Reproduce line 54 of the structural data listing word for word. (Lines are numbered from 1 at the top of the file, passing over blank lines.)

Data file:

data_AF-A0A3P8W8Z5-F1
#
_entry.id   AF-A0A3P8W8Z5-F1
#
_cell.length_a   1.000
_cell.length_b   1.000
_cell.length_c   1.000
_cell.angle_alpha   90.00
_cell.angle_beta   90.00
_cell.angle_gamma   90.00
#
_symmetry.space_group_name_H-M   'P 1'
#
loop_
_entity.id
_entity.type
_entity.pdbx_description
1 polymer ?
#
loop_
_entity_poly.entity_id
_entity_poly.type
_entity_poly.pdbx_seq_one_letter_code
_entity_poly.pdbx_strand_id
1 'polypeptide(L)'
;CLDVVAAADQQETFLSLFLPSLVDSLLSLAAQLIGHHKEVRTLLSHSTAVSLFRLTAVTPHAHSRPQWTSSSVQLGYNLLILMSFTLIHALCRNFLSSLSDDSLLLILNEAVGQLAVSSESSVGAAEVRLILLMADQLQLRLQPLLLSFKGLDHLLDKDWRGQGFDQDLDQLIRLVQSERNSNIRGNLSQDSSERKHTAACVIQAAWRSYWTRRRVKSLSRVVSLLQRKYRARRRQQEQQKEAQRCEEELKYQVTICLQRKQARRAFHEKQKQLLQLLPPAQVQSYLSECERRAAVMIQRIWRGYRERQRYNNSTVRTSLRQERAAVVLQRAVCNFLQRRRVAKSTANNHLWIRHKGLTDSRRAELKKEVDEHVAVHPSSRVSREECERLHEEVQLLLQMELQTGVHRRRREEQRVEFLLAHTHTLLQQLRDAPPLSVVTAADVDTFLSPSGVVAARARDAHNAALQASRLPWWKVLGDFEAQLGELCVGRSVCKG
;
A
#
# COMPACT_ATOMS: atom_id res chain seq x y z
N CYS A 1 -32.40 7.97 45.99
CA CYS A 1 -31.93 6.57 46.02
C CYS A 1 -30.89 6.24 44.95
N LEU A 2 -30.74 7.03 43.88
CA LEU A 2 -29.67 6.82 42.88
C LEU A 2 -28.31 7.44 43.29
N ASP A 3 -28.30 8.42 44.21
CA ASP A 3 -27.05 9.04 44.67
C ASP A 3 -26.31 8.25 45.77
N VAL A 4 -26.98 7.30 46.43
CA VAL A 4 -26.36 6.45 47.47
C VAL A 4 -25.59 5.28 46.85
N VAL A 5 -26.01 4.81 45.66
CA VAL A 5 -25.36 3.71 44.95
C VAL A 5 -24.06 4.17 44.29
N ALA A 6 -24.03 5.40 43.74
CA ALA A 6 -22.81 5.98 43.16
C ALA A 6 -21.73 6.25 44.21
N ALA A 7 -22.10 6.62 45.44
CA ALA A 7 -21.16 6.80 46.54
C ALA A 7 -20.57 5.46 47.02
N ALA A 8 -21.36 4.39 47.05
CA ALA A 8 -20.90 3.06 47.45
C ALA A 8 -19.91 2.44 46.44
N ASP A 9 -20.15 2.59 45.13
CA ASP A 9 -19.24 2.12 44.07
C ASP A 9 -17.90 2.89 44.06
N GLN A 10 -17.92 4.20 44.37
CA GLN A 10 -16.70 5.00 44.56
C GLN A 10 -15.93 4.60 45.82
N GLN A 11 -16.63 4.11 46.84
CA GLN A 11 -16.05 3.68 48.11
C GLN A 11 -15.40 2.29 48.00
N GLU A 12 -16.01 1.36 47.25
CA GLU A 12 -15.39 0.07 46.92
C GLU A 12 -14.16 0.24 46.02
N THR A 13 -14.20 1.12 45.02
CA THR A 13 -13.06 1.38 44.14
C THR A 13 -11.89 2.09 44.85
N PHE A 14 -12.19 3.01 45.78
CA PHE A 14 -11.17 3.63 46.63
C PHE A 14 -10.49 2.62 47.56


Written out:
C ALA A 8 -19.91 2.44 46.44